Rick and Morty might have taken on all sorts of wild adult-oriented subjects in the six seasons of the series’ run so far, but the newest episode really caught fans by surprise when it opened with a warning about its particular chosen content about suicide in the heaviest episode in the season (and series) to date. Rick and Morty has explored Rick’s darker feelings in the past with some of the most memorable moments in the series to date, but the newest episode of Season 6 took this to a new evolution by having Rick react to another character’s darker feelings.
It was an episode that dealt with some truly heavy topics that Season 6 hasn’t dealt with before, and the start of Episode 8, “Analyze Piss” began with a warning to fans who choose to avoid media that explores elements of suicide, and more serious conversations. That’s why Rick and Morty and Adult Swim was sure to warn fans plenty with the opening message of, “The following episode contains strong conversations and depictions of suicide that may be disturbing to viewers.”
“Analyze Piss,” despite the ridiculous nature of the villain, and ridiculous name of its key villain Pissmaster, explores the topic of suicide in very real ways with not only a character taking their own life, but Rick being involved in the wake of such an act. It’s a troubling conversation to have considering that previous seasons have seen Rick trying to take his own life, and while those episodes didn’t carry the same warnings back then, it’s much more serious this time around as there was an actual death and consequences that stemmed from it.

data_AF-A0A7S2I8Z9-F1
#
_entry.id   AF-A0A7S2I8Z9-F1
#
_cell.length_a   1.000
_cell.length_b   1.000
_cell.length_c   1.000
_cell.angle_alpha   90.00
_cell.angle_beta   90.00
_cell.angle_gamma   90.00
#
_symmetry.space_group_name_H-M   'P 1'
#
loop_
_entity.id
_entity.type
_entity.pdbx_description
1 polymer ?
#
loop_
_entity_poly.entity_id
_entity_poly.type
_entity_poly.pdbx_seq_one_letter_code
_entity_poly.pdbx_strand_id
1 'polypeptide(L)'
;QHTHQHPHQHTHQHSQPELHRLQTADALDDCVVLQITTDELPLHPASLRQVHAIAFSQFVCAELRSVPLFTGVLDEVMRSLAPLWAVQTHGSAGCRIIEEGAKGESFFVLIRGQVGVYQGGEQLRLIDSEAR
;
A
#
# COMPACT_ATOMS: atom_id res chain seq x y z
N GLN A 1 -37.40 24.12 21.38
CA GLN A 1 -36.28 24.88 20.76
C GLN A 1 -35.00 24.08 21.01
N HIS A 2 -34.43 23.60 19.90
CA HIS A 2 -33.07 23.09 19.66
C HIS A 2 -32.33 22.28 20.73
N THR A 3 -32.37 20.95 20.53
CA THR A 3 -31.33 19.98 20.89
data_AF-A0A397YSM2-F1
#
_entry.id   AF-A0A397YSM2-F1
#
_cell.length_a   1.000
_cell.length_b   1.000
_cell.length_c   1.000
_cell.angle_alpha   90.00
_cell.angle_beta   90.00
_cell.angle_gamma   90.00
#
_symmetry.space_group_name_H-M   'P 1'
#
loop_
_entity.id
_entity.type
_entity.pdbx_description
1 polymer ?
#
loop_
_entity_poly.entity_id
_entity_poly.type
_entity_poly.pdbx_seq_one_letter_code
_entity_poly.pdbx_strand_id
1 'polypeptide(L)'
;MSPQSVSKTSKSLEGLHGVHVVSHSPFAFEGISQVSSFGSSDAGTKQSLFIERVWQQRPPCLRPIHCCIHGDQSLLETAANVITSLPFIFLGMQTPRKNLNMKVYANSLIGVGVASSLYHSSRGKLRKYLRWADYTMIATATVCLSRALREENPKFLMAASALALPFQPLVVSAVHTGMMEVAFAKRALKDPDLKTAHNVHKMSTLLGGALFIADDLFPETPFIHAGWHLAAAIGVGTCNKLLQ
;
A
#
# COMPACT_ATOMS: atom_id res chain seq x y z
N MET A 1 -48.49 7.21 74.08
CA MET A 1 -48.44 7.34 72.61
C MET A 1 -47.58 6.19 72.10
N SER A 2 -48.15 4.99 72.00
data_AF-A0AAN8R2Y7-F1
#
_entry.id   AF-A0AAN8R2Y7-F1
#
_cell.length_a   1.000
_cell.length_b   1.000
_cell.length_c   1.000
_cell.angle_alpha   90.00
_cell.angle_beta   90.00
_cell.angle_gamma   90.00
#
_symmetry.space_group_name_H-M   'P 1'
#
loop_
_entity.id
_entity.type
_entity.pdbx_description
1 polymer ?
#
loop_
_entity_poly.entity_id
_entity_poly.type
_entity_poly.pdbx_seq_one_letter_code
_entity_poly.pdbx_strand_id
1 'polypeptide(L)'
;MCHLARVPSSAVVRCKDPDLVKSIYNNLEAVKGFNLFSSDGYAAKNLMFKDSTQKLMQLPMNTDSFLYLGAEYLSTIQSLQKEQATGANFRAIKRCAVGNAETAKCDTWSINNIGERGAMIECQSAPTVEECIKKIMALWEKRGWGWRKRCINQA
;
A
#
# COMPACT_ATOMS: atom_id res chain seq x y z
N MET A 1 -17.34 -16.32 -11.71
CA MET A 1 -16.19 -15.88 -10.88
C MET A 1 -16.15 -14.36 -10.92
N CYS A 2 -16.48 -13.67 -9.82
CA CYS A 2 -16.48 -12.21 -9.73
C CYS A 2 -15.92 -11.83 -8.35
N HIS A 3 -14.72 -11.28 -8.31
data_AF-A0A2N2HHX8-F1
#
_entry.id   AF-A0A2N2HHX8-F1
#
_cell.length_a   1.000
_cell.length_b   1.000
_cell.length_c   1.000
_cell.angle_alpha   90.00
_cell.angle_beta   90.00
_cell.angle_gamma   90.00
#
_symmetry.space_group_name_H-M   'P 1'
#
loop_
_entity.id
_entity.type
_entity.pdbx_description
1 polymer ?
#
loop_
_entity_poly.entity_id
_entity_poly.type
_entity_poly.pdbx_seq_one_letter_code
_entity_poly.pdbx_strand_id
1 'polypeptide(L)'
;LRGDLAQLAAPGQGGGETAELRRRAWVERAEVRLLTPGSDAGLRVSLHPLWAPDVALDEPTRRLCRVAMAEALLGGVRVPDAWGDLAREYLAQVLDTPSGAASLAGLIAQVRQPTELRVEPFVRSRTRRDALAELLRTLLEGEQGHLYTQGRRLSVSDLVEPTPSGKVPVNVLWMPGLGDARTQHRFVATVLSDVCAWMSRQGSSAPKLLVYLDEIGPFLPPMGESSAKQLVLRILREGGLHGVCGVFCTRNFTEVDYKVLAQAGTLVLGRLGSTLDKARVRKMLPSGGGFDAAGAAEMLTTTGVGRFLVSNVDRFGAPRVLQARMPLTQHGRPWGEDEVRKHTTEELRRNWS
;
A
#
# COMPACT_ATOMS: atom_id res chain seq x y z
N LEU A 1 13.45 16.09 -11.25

It wasn’t just about the warning, however, as following the episode Rick and Morty and Adult Swim also shared a message telling those struggling with these feelings to reach out for help, “If you or someone you know is struggling or in crisis, help is available. Call or text 988 or chat 988lifeline.org” So it does help to cement that these topics weren’t included carelessly or just for humor purposes.
If you, or someone you know, is struggling with a mental health crisis, there is no shame in asking for help: just call 988, or go to this website to learn more information about suicide prevention.